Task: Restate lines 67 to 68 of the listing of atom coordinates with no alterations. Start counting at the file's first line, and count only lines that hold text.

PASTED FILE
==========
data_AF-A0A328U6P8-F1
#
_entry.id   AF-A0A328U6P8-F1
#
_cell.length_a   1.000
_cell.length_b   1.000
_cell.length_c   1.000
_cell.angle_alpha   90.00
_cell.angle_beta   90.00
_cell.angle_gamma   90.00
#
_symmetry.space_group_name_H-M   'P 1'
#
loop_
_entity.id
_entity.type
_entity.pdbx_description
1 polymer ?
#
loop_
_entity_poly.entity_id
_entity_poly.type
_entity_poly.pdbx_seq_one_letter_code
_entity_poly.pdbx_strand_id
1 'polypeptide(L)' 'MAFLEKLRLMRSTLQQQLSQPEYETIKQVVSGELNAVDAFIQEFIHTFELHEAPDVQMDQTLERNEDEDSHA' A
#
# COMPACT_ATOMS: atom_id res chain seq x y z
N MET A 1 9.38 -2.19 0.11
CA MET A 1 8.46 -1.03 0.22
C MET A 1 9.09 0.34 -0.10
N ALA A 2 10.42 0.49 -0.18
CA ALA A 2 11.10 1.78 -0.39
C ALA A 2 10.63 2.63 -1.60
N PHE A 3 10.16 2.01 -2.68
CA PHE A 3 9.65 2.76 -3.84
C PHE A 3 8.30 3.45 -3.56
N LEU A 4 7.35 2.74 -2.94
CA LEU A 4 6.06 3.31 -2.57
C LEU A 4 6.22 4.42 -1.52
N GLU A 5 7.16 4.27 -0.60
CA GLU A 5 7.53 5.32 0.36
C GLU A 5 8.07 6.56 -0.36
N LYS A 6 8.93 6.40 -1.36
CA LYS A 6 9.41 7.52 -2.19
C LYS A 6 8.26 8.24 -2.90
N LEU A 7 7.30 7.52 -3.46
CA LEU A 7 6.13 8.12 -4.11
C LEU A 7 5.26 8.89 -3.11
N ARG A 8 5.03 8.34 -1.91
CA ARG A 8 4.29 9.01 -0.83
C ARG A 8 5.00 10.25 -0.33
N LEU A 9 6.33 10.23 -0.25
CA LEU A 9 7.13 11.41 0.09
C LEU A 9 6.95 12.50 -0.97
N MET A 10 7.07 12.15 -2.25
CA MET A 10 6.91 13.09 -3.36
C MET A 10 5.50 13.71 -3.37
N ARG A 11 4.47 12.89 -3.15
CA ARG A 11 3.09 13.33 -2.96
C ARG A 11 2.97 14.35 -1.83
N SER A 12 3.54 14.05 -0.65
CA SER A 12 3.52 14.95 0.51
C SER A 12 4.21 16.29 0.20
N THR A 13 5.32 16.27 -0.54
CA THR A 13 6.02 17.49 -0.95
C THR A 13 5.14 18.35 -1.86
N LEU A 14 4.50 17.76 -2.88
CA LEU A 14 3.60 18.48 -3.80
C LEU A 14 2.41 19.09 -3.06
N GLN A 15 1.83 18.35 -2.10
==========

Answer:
N LEU A 14 4.50 17.76 -2.88
CA LEU A 14 3.60 18.48 -3.80